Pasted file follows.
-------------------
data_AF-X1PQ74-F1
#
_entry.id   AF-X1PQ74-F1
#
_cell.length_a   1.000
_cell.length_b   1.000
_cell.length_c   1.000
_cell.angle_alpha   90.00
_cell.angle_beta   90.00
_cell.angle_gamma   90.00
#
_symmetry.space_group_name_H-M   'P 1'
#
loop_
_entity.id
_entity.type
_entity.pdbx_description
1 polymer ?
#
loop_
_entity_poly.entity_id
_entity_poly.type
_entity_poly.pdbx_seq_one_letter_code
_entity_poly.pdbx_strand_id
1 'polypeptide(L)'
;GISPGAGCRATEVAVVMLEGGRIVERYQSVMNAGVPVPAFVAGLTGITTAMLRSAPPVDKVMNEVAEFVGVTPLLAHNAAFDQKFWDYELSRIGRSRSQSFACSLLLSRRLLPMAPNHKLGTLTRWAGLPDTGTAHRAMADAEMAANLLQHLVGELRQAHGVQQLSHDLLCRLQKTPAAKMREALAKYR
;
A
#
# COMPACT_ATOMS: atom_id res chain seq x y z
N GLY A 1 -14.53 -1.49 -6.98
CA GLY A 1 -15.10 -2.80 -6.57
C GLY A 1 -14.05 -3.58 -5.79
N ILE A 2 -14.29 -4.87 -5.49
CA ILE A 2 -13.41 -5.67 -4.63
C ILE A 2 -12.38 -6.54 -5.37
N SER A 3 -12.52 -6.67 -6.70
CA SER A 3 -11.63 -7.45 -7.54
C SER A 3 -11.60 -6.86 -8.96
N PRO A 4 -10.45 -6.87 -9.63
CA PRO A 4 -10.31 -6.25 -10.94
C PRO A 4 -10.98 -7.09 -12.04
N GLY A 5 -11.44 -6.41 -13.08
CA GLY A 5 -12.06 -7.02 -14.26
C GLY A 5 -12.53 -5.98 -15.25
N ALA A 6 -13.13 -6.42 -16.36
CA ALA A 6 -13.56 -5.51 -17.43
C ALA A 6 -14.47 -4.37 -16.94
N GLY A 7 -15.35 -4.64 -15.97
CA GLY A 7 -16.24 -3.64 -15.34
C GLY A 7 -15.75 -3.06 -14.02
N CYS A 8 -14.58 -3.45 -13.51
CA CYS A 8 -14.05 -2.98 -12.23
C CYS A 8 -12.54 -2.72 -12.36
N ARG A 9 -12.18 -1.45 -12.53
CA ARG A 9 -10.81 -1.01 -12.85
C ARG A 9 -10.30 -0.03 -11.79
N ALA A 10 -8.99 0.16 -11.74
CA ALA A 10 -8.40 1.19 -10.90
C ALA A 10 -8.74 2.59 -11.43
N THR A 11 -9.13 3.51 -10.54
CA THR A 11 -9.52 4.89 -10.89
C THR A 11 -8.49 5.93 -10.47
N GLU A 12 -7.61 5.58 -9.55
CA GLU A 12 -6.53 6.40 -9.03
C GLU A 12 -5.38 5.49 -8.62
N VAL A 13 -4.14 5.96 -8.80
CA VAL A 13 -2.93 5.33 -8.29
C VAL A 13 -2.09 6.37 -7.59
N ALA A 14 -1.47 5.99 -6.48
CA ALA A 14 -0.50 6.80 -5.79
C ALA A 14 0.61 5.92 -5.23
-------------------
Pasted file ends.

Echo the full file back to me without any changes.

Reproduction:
data_AF-X1PQ74-F1
#
_entry.id   AF-X1PQ74-F1
#
_cell.length_a   1.000
_cell.length_b   1.000
_cell.length_c   1.000
_cell.angle_alpha   90.00
_cell.angle_beta   90.00
_cell.angle_gamma   90.00
#
_symmetry.space_group_name_H-M   'P 1'
#
loop_
_entity.id
_entity.type
_entity.pdbx_description
1 polymer ?
#
loop_
_entity_poly.entity_id
_entity_poly.type
_entity_poly.pdbx_seq_one_letter_code
_entity_poly.pdbx_strand_id
1 'polypeptide(L)'
;GISPGAGCRATEVAVVMLEGGRIVERYQSVMNAGVPVPAFVAGLTGITTAMLRSAPPVDKVMNEVAEFVGVTPLLAHNAAFDQKFWDYELSRIGRSRSQSFACSLLLSRRLLPMAPNHKLGTLTRWAGLPDTGTAHRAMADAEMAANLLQHLVGELRQAHGVQQLSHDLLCRLQKTPAAKMREALAKYR
;
A
#
# COMPACT_ATOMS: atom_id res chain seq x y z
N GLY A 1 -14.53 -1.49 -6.98
CA GLY A 1 -15.10 -2.80 -6.57
C GLY A 1 -14.05 -3.58 -5.79
N ILE A 2 -14.29 -4.87 -5.49
CA ILE A 2 -13.41 -5.67 -4.63
C ILE A 2 -12.38 -6.54 -5.37
N SER A 3 -12.52 -6.67 -6.70
CA SER A 3 -11.63 -7.45 -7.54
C SER A 3 -11.60 -6.86 -8.96
N PRO A 4 -10.45 -6.87 -9.63
CA PRO A 4 -10.31 -6.25 -10.94
C PRO A 4 -10.98 -7.09 -12.04
N GLY A 5 -11.44 -6.41 -13.08
CA GLY A 5 -12.06 -7.02 -14.26
C GLY A 5 -12.53 -5.98 -15.25
N ALA A 6 -13.13 -6.42 -16.36
CA ALA A 6 -13.56 -5.51 -17.43
C ALA A 6 -14.47 -4.37 -16.94
N GLY A 7 -15.35 -4.64 -15.97
CA GLY A 7 -16.24 -3.64 -15.34
C GLY A 7 -15.75 -3.06 -14.02
N CYS A 8 -14.58 -3.45 -13.51
CA CYS A 8 -14.05 -2.98 -12.23
C CYS A 8 -12.54 -2.72 -12.36
N ARG A 9 -12.18 -1.45 -12.53
CA ARG A 9 -10.81 -1.01 -12.85
C ARG A 9 -10.30 -0.03 -11.79
N ALA A 10 -8.99 0.16 -11.74
CA ALA A 10 -8.40 1.19 -10.90
C ALA A 10 -8.74 2.59 -11.43
N THR A 11 -9.13 3.51 -10.54
CA THR A 11 -9.52 4.89 -10.89
C THR A 11 -8.49 5.93 -10.47
N GLU A 12 -7.61 5.58 -9.55
CA GLU A 12 -6.53 6.40 -9.03
C GLU A 12 -5.38 5.49 -8.62
N VAL A 13 -4.14 5.96 -8.80
CA VAL A 13 -2.93 5.33 -8.29
C VAL A 13 -2.09 6.37 -7.59
N ALA A 14 -1.47 5.99 -6.48
CA ALA A 14 -0.50 6.80 -5.79
C ALA A 14 0.61 5.92 -5.23